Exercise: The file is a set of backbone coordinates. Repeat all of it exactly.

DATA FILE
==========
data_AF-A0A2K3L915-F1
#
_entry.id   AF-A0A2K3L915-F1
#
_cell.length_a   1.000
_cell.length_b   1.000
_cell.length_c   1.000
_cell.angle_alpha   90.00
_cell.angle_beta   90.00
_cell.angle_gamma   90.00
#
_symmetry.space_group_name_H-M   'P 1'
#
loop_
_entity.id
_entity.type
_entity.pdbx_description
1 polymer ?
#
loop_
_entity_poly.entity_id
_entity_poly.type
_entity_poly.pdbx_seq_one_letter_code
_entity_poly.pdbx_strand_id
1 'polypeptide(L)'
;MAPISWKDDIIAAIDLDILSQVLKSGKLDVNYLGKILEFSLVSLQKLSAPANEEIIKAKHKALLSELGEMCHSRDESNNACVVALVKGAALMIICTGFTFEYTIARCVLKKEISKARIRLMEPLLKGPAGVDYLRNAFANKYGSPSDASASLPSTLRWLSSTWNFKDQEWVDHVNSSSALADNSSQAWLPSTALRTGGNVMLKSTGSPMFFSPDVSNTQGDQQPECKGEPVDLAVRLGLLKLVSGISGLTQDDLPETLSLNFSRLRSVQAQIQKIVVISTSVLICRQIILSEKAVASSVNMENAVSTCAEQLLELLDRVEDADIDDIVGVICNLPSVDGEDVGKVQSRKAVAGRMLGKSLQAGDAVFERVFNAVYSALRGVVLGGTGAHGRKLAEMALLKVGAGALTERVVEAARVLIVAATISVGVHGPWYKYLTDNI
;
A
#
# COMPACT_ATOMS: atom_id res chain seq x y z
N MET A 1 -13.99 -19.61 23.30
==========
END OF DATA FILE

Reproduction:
data_AF-A0A2K3L915-F1
#
_entry.id   AF-A0A2K3L915-F1
#
_cell.length_a   1.000
_cell.length_b   1.000
_cell.length_c   1.000
_cell.angle_alpha   90.00
_cell.angle_beta   90.00
_cell.angle_gamma   90.00
#
_symmetry.space_group_name_H-M   'P 1'
#
loop_
_entity.id
_entity.type
_entity.pdbx_description
1 polymer ?
#
loop_
_entity_poly.entity_id
_entity_poly.type
_entity_poly.pdbx_seq_one_letter_code
_entity_poly.pdbx_strand_id
1 'polypeptide(L)'
;MAPISWKDDIIAAIDLDILSQVLKSGKLDVNYLGKILEFSLVSLQKLSAPANEEIIKAKHKALLSELGEMCHSRDESNNACVVALVKGAALMIICTGFTFEYTIARCVLKKEISKARIRLMEPLLKGPAGVDYLRNAFANKYGSPSDASASLPSTLRWLSSTWNFKDQEWVDHVNSSSALADNSSQAWLPSTALRTGGNVMLKSTGSPMFFSPDVSNTQGDQQPECKGEPVDLAVRLGLLKLVSGISGLTQDDLPETLSLNFSRLRSVQAQIQKIVVISTSVLICRQIILSEKAVASSVNMENAVSTCAEQLLELLDRVEDADIDDIVGVICNLPSVDGEDVGKVQSRKAVAGRMLGKSLQAGDAVFERVFNAVYSALRGVVLGGTGAHGRKLAEMALLKVGAGALTERVVEAARVLIVAATISVGVHGPWYKYLTDNI
;
A
#
# COMPACT_ATOMS: atom_id res chain seq x y z
N MET A 1 -13.99 -19.61 23.30